An unknown writer for some reason gets access to classified documents, that nobody else has seen, and that he is not allowed to make copies of, that refer to claims a long dead war criminal made that supposedly proves the existence of the Nazi Bell.  Then another writer repeats his wild claims as fact in his book, and so on, and so on, with each subsequent book, or TV show, or website referring to the others claims as “evidence.”

Sounds pretty solid to me.

Now let me take a quick moment to guess at what your inner dialogue is saying right about now…..

“What the hell is Brian talking about?  I know he likes to “stretch” a bit in his posts, but Nazis?  UFO’s?  Some friggin’ bell?  I have no idea how he is going to bring this back to the market?”

Well just sit back and watch me!

Fifty years ago if you had some crazy ideas that you wanted to put out there, on any subject, your options were pretty limited.  The powers that be and the limited bandwidth of their format prevented you from using television or radio to spread your message.  Even if you were somehow able to self-publish your theories, and were able to convince your local bookseller to stock a couple copies of your tome on their precious shelf space, that is where the distribution model ended.

With the leaps we have had in technology in the last twenty years, now literally any idea, no matter how insane, can be made available for the world to see.  And this is a very, very dangerous situation for investors who come to the market with their own biases and beliefs because it allows them to curve fit “data” and information.

Curve fitting has some very specific and technical definitions in regards to mathematics and statistical analysis, but for the purposes of this post I mean when someone wishes to see specific evidence pointing to a specific future outcome that in reality does not exist.  It is almost always driven by an emotional input instead of an analytical or objective one and it allows an investor to “prove” to themselves that their opinions are correct; no matter what the evidence is to the contrary.  But it wasn’t always that way.

When I was a young kid my great-uncle used to tell me of the years he spent in Germany as a missionary during the early twenties, when hyper-inflation was at its worst.  It made a real impression on him and convinced him of the importance of owning a “fixed” store of value like gold, especially when the value of currency and stocks could disappear almost overnight. This was further impressed upon him during the Great Depression of 1929.

Yet despite the effect these massive economic events made upon him during his formative years of investing, he did not let this “fix” his ideas on investing.  This was partly because he did not seek out only that which reinforced what he had experienced, but more so, that there was not access to overwhelming amounts information that specifically and hyper-aggressively championed those views. Instead, that forced him to pay attention to the realities of what was happening in his business, in the technology of the day, and in macro trends of the country, which allowed him to invest in stocks which greatly outperformed gold.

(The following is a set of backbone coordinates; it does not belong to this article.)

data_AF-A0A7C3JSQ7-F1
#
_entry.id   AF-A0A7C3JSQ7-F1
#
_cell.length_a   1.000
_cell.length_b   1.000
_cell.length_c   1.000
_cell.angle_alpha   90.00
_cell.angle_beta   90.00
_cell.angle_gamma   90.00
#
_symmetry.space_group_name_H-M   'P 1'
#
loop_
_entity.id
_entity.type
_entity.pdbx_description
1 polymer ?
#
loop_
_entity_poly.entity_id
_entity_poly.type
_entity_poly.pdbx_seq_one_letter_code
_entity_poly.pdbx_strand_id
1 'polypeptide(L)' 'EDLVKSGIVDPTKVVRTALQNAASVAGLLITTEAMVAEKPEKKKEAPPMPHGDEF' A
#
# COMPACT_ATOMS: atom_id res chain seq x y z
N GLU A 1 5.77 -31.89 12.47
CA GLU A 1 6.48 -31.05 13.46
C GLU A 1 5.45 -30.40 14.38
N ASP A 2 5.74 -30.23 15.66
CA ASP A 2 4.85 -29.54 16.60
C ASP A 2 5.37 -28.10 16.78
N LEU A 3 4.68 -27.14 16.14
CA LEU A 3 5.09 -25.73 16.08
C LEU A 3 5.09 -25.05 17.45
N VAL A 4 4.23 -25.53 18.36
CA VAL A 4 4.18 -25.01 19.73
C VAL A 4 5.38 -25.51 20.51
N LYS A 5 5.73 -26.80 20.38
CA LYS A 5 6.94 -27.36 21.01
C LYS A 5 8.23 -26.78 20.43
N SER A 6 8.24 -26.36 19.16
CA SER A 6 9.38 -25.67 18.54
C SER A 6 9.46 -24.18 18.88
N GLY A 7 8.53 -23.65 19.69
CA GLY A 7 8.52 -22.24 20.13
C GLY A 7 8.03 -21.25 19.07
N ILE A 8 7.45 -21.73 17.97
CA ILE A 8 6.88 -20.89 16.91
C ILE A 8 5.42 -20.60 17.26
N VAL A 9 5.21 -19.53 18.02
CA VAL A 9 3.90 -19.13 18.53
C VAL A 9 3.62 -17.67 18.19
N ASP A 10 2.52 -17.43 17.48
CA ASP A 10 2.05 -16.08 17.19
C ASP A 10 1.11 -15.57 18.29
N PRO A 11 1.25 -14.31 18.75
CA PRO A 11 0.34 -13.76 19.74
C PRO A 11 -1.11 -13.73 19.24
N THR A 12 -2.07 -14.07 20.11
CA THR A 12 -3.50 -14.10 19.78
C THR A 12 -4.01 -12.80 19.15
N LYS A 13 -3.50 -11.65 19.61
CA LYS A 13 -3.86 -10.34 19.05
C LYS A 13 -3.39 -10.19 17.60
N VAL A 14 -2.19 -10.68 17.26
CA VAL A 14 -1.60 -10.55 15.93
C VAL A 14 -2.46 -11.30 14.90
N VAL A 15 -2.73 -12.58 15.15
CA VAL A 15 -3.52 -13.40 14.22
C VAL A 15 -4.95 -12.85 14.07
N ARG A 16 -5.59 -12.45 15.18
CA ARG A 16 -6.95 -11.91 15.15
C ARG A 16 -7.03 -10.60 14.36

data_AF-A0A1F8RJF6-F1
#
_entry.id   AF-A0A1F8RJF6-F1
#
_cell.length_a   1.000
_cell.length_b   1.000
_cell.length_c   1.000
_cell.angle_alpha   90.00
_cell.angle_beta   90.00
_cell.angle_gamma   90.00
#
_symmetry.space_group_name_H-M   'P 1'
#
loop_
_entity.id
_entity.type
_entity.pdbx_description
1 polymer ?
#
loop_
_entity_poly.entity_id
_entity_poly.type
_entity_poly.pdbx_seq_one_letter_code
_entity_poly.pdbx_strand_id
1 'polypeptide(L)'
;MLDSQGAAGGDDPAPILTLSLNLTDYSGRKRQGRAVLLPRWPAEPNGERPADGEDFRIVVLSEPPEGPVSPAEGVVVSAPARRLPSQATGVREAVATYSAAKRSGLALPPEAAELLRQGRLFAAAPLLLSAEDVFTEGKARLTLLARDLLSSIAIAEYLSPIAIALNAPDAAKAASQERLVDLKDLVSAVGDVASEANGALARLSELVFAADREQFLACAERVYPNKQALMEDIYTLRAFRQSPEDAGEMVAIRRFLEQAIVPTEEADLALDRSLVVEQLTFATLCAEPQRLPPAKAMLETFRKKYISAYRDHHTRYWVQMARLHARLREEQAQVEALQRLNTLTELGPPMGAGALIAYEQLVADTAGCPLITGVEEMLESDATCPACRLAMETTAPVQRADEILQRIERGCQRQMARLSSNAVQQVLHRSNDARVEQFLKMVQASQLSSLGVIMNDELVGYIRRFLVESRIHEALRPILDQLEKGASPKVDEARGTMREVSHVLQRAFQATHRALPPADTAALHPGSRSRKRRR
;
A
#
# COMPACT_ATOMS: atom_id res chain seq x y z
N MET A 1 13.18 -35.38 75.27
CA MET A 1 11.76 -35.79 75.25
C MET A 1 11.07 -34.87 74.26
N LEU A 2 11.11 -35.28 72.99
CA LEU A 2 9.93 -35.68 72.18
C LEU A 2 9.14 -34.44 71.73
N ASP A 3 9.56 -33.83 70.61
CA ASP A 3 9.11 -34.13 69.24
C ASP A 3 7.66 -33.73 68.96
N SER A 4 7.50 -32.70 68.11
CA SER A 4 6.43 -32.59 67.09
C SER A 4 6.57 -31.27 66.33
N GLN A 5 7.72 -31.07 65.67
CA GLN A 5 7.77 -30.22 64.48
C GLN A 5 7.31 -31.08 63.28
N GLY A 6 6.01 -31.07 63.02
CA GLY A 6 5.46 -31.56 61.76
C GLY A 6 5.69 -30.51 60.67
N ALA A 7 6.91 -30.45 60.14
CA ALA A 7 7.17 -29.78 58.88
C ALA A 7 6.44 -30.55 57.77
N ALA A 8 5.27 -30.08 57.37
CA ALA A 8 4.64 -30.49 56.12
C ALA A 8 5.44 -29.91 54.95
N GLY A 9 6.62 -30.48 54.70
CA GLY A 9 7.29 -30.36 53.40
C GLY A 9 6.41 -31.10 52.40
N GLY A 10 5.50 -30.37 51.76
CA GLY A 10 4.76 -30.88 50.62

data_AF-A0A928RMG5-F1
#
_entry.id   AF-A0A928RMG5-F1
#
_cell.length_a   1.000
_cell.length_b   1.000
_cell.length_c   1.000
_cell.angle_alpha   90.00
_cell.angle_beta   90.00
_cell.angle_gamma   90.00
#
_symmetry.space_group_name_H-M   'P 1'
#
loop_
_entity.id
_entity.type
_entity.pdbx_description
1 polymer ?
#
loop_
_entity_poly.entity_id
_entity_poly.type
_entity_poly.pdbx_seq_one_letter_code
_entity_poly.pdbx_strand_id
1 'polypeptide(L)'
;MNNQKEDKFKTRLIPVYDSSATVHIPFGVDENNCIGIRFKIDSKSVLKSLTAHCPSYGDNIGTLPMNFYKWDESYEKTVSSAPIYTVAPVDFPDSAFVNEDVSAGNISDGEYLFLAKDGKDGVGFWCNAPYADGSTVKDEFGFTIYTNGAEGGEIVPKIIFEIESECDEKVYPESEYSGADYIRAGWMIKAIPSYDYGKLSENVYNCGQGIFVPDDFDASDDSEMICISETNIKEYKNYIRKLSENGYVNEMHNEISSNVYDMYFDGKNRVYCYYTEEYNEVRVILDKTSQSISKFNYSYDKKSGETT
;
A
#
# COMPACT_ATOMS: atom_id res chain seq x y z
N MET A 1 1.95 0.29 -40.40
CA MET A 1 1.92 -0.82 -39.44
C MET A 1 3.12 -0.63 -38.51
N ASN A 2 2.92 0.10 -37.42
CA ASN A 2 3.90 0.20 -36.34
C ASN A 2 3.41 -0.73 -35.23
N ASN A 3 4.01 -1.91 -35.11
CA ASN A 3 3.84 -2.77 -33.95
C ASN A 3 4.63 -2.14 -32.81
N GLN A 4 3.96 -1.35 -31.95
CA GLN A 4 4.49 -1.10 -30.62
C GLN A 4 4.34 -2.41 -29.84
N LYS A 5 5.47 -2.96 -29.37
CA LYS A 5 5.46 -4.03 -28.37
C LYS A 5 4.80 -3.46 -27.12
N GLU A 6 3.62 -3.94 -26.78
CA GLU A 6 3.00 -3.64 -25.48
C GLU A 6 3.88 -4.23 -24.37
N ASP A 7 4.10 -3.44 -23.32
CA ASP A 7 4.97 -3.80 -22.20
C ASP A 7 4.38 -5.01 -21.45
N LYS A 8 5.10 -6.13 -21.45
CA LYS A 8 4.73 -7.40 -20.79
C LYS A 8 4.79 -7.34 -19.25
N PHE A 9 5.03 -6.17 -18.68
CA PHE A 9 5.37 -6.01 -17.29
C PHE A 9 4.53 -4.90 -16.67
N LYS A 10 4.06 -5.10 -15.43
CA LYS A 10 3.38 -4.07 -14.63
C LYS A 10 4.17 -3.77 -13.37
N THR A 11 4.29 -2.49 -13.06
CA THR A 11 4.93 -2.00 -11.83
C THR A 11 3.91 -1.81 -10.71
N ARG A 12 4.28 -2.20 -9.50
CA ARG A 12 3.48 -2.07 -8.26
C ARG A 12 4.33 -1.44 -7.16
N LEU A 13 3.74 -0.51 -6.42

Nowadays, if an investor brings pre-conceived ideas with them into the markets, they can choose to dogmatically believe those ideas, and justify their validity by searching out only the book, or video, or website that confirms those ideas–no matter how outrageous they are.  They no longer have to pay attention to facts or to reality, instead they can just bore deeper into the content of their chosen “expert,” taking comfort in the fact that it so closely mirrors what they believe.

In 1999, when the book Dow 36,000 came out, it was the investing equivalent of saying Nazi’s were visited by UFO’s.  Those who had experienced the bull mania of the dotcom days, and never wanted to believe it would end could just reference that book as proof that the party was going to continue on–no matter what the the indexes and their P&L statements were saying–and no matter how detached from reality that idea was.

At the height of housing bubble in 2006, if you wanted to believe that your home’s value would go up forever, providing you with a constantly replenished ATM with which to draw from, all you had to do was cite real estate guru Barbara Corcoran’s statement that “this is one of the best times ever to buy.”

If you thought that market was going to crash, but after it did, you didn’t think the low put in at the start of 2009 was low enough, then you just subscribed to the cult of Roubini and all was good.

Do you think gold is going to $5,000?  Oil to $10.00?  $AAPL to $1,000?  $TSLA to infinity and $NFLX to zero?  Whatever your take on a stock, a commodity, or the economy is, you can find someone who will support the idea you want supported; you can find you own “Nazi Bell.”